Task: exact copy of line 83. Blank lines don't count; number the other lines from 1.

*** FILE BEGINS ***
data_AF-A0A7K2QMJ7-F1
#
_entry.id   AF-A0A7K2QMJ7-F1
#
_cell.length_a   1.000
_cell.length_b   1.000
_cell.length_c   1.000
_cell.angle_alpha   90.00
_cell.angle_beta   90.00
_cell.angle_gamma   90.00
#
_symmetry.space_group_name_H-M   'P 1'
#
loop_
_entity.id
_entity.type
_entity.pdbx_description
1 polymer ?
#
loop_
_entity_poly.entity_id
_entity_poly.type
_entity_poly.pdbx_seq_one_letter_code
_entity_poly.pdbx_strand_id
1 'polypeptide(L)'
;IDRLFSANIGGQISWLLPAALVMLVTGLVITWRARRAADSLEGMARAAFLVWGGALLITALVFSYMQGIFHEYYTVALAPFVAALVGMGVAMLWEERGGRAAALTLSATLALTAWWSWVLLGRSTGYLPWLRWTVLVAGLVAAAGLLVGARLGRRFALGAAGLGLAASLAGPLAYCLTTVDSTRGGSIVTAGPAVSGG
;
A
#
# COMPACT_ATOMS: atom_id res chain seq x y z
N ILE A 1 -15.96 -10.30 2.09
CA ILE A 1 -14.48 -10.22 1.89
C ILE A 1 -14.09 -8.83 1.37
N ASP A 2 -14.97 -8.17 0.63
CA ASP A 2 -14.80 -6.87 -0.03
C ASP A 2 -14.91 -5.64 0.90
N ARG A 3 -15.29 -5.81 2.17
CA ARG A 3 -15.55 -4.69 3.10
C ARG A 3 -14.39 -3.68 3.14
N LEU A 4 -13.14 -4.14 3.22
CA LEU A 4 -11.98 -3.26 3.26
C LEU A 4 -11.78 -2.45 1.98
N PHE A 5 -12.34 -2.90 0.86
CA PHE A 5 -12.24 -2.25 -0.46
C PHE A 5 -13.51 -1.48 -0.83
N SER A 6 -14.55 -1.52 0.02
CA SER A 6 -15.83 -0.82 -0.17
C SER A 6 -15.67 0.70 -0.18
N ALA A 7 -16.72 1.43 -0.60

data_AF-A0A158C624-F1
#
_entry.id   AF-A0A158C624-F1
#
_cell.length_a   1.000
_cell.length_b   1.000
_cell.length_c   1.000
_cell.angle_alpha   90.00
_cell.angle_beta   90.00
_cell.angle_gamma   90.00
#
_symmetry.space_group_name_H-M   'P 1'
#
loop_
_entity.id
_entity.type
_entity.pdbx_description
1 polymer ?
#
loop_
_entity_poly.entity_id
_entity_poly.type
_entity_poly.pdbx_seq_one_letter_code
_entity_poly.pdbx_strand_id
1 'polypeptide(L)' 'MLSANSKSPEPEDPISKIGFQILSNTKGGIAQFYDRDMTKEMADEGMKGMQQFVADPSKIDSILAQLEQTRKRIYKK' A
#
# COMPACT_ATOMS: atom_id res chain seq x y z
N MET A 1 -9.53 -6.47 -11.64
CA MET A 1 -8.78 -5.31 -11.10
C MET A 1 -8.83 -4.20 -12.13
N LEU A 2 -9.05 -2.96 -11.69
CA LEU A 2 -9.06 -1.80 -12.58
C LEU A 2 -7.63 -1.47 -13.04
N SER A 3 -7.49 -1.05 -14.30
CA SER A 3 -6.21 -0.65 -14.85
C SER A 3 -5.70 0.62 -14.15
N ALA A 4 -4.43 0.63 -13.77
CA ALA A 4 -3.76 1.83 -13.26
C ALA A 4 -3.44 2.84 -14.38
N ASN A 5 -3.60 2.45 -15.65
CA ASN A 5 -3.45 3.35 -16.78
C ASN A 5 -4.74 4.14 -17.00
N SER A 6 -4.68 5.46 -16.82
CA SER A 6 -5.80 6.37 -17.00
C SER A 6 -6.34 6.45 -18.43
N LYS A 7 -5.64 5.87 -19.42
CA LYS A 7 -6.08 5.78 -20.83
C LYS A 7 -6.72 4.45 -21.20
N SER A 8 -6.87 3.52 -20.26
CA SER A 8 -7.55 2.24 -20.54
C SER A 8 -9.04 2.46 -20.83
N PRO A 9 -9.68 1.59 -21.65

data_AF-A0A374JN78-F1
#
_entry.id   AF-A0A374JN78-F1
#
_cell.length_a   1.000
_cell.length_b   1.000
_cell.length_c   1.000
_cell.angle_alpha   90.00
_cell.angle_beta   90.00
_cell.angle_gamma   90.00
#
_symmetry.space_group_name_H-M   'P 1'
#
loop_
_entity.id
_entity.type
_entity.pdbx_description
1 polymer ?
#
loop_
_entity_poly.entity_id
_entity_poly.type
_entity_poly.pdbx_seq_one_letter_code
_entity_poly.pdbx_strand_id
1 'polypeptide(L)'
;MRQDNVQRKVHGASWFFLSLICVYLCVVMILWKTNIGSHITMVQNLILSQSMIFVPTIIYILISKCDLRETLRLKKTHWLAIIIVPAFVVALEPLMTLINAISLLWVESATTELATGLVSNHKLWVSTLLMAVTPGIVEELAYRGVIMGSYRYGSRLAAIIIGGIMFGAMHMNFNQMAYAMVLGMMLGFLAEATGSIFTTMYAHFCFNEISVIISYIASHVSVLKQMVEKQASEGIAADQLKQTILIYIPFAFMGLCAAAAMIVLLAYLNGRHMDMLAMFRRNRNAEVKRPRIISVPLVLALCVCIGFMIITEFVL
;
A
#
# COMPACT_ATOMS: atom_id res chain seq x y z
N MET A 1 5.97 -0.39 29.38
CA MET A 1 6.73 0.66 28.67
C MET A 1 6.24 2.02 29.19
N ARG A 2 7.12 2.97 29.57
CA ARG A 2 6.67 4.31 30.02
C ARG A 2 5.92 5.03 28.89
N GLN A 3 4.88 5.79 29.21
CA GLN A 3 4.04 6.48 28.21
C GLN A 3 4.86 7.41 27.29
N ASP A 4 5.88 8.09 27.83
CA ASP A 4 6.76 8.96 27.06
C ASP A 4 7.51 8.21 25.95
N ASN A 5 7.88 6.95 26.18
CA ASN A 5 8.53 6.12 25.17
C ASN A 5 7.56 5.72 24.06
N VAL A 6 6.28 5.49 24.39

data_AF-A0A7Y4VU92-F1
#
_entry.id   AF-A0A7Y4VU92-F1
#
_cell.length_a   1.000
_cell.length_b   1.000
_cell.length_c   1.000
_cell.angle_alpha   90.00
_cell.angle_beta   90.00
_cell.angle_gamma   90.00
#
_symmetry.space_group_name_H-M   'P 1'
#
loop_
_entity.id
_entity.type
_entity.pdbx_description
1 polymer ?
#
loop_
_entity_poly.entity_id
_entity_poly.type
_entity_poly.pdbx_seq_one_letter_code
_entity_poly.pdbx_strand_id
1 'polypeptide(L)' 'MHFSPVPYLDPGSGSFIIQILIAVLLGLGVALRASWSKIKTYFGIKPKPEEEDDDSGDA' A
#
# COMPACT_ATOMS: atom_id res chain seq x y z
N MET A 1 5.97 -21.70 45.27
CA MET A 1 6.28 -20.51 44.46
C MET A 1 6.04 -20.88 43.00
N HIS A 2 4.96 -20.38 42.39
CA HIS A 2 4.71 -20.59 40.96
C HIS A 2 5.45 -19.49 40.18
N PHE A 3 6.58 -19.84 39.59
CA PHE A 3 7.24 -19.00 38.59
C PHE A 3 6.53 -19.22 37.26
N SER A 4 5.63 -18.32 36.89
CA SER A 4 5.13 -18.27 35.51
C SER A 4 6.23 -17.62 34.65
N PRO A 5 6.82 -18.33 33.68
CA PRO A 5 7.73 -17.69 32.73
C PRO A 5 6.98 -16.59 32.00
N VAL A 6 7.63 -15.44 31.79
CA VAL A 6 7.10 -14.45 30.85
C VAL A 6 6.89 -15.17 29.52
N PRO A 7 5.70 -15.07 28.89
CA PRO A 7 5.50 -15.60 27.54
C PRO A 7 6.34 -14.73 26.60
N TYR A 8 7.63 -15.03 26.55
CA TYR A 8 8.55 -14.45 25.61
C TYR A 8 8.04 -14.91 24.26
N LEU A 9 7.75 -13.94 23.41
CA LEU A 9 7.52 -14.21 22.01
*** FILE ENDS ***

N SER A 3 -7.49 -1.05 -14.30